Subscription-Based Models and the Love of Convenience

The bourgeois prefers comfort to pleasure, convenience to liberty, and a pleasant temperature to the deathly inner consuming fire.”

-Hermann Hesse

As the economy moves seemingly inexorably towards the extraction of profit, subscription based models have become more and more prevalent, to the detriment of the consumer. Subscription models have moved from the picturesque milk deliveries of the 1950s, to requiring contemporary consumers in some countries to subscribe to use their heated seats. While subscription models vary in value and utility, there is a stark difference between providing a physical product and enabling the use of a product already owned by the consumer. It’s clear that modern subscription models are moving towards the extraction of profit at the expense of the consumer.

Today, subscription models are synonymous with streaming services. Streaming services are online subscription-based services that provide access to a library of content, like Netflix or Hulu. As recently as the late 2010s, Netflix and Hulu were the primary services on offer, with a breadth of branded products, including Paramount and Disney properties. Since then, however, streaming services have fractured, with a plethora of companies all searching for their portion of the industry, such as the aforementioned Paramount and Disney. Most subscription services, with the exception of entirely ad-based models like Pluto, charge consumers between $10-15 dollars a month to access their library. Because of this, 53% of American adults pay over $15 a month for streaming services, and 35% of those pay over $30. While $15 may seem small, it stands in stark contrast to the eras of DVD and VHS.

Another group of services that has become ubiquitous in recent years are the finance-anything services like Klarna, Affirm, or even PayPal Credit. Services like these offer financing on most items above a meager price-point, typically $30-40. These services are booming, with Klarna alone achieving 34 million consumers in the USA. While they are generally zero-interest and collect their profit through a retailer fee, it stands to reason that their model convinces consumers to buy things they don’t need now, and pay later.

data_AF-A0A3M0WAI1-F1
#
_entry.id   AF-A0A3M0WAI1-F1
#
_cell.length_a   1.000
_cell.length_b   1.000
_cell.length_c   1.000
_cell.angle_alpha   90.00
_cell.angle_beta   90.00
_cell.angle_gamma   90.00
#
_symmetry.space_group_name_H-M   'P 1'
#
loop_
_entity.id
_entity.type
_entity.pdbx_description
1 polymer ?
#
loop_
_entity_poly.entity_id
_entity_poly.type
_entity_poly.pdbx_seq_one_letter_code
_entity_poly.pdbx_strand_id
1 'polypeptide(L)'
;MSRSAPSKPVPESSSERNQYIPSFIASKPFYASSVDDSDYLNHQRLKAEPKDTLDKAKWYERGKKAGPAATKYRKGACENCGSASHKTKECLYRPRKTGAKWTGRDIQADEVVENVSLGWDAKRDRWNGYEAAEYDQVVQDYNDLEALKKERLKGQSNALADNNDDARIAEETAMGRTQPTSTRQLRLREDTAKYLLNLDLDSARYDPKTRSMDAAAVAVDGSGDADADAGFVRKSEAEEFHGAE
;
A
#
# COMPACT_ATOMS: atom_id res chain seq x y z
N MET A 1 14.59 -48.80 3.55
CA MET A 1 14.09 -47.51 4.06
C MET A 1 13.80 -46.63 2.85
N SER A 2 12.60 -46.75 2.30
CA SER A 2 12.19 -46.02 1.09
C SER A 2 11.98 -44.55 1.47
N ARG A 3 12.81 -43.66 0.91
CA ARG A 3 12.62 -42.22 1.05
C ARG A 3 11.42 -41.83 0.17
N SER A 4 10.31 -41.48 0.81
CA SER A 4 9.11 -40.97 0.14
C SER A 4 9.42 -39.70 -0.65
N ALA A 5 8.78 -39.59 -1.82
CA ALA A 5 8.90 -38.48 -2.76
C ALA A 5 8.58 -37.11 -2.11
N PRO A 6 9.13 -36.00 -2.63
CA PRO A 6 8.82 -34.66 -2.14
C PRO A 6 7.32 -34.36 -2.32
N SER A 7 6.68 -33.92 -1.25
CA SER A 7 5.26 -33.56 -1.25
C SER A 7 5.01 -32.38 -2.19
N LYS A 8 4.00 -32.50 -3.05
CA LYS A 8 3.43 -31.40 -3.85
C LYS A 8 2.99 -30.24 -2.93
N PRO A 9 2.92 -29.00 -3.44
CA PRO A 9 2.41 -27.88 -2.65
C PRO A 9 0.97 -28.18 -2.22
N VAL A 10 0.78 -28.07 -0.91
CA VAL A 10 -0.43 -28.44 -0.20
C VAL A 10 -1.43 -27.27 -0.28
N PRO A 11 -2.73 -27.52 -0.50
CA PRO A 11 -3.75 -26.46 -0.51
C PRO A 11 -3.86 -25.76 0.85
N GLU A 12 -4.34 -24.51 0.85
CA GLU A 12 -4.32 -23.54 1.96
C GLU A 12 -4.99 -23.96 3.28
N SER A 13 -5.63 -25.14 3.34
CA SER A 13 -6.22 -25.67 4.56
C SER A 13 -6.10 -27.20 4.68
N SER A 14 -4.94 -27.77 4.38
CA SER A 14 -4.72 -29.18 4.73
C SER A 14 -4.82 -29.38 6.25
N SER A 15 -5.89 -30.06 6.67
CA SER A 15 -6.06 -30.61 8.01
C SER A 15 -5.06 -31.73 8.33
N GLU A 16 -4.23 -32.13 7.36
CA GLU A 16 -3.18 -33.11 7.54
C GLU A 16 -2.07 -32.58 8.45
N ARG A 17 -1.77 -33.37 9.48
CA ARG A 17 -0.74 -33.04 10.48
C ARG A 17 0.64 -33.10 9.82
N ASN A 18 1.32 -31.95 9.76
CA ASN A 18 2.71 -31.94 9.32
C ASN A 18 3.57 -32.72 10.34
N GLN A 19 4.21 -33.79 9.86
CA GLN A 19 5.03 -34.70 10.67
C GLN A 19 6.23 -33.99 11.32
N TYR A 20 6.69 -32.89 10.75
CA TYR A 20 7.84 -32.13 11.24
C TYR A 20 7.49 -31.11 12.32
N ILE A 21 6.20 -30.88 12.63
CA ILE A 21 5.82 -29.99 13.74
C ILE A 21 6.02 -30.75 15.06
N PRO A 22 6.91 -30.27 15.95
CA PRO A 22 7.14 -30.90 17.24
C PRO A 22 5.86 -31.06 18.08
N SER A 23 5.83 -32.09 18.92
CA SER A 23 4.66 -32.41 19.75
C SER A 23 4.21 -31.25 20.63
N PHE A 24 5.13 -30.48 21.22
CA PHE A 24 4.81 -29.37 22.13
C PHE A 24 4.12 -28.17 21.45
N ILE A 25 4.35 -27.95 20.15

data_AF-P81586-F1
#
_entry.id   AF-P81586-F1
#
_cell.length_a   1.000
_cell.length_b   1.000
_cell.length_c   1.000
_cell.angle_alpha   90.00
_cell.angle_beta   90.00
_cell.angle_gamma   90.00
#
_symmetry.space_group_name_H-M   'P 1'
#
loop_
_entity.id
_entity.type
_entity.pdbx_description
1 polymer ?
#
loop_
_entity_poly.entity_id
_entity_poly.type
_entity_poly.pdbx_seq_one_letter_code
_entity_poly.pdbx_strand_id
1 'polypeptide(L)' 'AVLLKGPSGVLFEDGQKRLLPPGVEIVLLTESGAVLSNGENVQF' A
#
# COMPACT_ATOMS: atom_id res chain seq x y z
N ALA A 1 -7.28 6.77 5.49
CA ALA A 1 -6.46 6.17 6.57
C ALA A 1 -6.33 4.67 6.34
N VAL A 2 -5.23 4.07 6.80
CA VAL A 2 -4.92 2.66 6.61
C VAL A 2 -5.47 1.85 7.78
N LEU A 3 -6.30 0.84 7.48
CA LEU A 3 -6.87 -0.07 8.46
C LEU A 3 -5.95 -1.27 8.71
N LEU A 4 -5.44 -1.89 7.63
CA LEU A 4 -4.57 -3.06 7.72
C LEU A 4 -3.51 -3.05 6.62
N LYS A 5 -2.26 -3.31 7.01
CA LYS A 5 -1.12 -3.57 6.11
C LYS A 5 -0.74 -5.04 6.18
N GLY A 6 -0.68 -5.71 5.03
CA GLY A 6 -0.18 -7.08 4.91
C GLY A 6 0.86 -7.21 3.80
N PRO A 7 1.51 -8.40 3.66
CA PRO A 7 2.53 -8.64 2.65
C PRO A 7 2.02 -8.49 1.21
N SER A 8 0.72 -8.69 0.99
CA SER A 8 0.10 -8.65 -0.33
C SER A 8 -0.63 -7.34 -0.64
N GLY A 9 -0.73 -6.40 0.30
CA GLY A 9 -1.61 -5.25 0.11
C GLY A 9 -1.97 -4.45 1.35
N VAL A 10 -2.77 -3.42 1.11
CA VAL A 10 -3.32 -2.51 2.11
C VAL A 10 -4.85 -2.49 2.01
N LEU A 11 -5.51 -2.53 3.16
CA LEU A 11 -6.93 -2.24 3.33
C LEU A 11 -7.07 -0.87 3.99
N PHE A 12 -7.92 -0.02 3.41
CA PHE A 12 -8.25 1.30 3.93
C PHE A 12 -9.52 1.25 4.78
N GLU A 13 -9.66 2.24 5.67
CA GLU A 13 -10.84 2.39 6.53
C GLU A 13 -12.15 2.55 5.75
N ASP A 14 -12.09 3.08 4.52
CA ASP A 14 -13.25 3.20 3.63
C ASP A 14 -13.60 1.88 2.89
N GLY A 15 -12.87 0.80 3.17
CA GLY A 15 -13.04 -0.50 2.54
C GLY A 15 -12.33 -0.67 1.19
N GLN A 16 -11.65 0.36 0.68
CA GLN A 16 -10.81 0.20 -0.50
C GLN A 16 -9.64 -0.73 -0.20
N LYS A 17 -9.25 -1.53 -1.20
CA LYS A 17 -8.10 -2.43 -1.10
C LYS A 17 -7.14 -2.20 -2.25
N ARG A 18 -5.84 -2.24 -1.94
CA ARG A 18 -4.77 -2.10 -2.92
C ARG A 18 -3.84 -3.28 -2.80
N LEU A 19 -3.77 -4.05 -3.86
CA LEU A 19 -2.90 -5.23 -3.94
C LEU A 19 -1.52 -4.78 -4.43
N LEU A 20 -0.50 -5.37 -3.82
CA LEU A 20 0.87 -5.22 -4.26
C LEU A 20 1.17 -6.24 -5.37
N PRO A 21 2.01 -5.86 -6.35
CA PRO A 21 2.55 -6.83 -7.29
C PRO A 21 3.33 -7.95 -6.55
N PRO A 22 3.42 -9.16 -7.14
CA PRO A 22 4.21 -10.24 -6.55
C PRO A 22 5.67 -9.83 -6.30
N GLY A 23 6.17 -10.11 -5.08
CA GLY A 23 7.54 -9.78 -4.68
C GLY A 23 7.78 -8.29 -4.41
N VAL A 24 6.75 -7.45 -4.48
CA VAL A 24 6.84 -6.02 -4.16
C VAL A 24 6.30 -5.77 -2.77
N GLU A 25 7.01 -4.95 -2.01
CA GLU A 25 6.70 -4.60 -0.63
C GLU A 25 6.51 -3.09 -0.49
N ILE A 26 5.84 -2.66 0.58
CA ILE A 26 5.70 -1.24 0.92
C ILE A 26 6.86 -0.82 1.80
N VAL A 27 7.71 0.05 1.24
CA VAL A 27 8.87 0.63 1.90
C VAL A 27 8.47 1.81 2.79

Anyone who steps back for a minute and observes our modern digital world might conclude that we have destroyed our privacy in exchange for convenience and false security.”

-John Twelve Hawks

Insurance is quite possibly one of the oldest subscription models in existence, with some types of insurance even being mandatory to hold. When one looks at the mechanism, it becomes clear that insurance, too, is just a subscription based service. The insurance company calculates the statistical risk to insure the individual and turns that risk into a dollar amount, and then charges the consumer that and a healthy profit on top. Insurance isn’t necessarily all bad, of course, but the model is soundly subscription-based.

As aggressive as they can be, subscription models aren’t all bad. Streaming services essentially have to use an ad-based or subscription based model, otherwise the constant strain on their server hardware would cause them to lose money. Insurance companies have to adjust actuarially as well. Services like the heated seats subscription of BMW, navigation subscriptions, and highly upcharged “box” delivery services however, are hard to argue in favor of. One can only hope that consumers begin to prefer quality over convenience.

Leave a Reply